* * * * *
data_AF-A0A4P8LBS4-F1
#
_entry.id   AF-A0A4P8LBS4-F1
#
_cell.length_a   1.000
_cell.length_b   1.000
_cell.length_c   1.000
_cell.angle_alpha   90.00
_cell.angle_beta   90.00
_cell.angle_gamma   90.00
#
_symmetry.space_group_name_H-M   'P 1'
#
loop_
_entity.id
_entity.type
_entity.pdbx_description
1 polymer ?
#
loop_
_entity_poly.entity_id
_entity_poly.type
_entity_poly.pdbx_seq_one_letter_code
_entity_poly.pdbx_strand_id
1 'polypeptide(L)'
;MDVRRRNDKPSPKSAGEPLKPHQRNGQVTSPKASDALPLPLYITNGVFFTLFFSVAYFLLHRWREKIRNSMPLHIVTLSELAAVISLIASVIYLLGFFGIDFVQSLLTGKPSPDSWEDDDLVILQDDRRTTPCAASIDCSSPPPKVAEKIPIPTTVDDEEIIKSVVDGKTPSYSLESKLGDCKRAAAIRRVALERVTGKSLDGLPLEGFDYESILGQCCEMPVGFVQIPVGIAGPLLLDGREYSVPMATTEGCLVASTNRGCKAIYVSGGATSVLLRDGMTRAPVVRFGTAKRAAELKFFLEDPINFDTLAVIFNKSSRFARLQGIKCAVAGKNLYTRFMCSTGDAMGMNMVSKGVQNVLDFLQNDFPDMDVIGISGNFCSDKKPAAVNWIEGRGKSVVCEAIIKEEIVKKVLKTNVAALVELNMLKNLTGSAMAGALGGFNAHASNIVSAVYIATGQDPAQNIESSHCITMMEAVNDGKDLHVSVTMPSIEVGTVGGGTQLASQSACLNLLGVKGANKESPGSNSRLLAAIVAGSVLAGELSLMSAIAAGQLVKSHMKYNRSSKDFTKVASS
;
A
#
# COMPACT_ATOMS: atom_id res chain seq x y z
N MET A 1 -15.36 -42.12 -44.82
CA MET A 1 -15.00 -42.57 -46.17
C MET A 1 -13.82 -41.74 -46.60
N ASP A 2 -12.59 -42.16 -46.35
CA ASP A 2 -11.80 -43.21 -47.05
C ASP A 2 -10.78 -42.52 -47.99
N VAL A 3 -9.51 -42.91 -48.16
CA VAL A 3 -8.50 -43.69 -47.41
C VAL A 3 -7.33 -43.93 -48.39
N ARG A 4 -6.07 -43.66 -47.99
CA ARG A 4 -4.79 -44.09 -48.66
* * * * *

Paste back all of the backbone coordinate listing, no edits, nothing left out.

data_AF-A0A4P8LBS4-F1
#
_entry.id   AF-A0A4P8LBS4-F1
#
_cell.length_a   1.000
_cell.length_b   1.000
_cell.length_c   1.000
_cell.angle_alpha   90.00
_cell.angle_beta   90.00
_cell.angle_gamma   90.00
#
_symmetry.space_group_name_H-M   'P 1'
#
loop_
_entity.id
_entity.type
_entity.pdbx_description
1 polymer ?
#
loop_
_entity_poly.entity_id
_entity_poly.type
_entity_poly.pdbx_seq_one_letter_code
_entity_poly.pdbx_strand_id
1 'polypeptide(L)'
;MDVRRRNDKPSPKSAGEPLKPHQRNGQVTSPKASDALPLPLYITNGVFFTLFFSVAYFLLHRWREKIRNSMPLHIVTLSELAAVISLIASVIYLLGFFGIDFVQSLLTGKPSPDSWEDDDLVILQDDRRTTPCAASIDCSSPPPKVAEKIPIPTTVDDEEIIKSVVDGKTPSYSLESKLGDCKRAAAIRRVALERVTGKSLDGLPLEGFDYESILGQCCEMPVGFVQIPVGIAGPLLLDGREYSVPMATTEGCLVASTNRGCKAIYVSGGATSVLLRDGMTRAPVVRFGTAKRAAELKFFLEDPINFDTLAVIFNKSSRFARLQGIKCAVAGKNLYTRFMCSTGDAMGMNMVSKGVQNVLDFLQNDFPDMDVIGISGNFCSDKKPAAVNWIEGRGKSVVCEAIIKEEIVKKVLKTNVAALVELNMLKNLTGSAMAGALGGFNAHASNIVSAVYIATGQDPAQNIESSHCITMMEAVNDGKDLHVSVTMPSIEVGTVGGGTQLASQSACLNLLGVKGANKESPGSNSRLLAAIVAGSVLAGELSLMSAIAAGQLVKSHMKYNRSSKDFTKVASS
;
A
#
# COMPACT_ATOMS: atom_id res chain seq x y z
N MET A 1 -15.36 -42.12 -44.82
CA MET A 1 -15.00 -42.57 -46.17
C MET A 1 -13.82 -41.74 -46.60
N ASP A 2 -12.59 -42.16 -46.35
CA ASP A 2 -11.80 -43.21 -47.05
C ASP A 2 -10.78 -42.52 -47.99
N VAL A 3 -9.51 -42.91 -48.16
CA VAL A 3 -8.50 -43.69 -47.41
C VAL A 3 -7.33 -43.93 -48.39
N ARG A 4 -6.07 -43.66 -47.99
CA ARG A 4 -4.79 -44.09 -48.66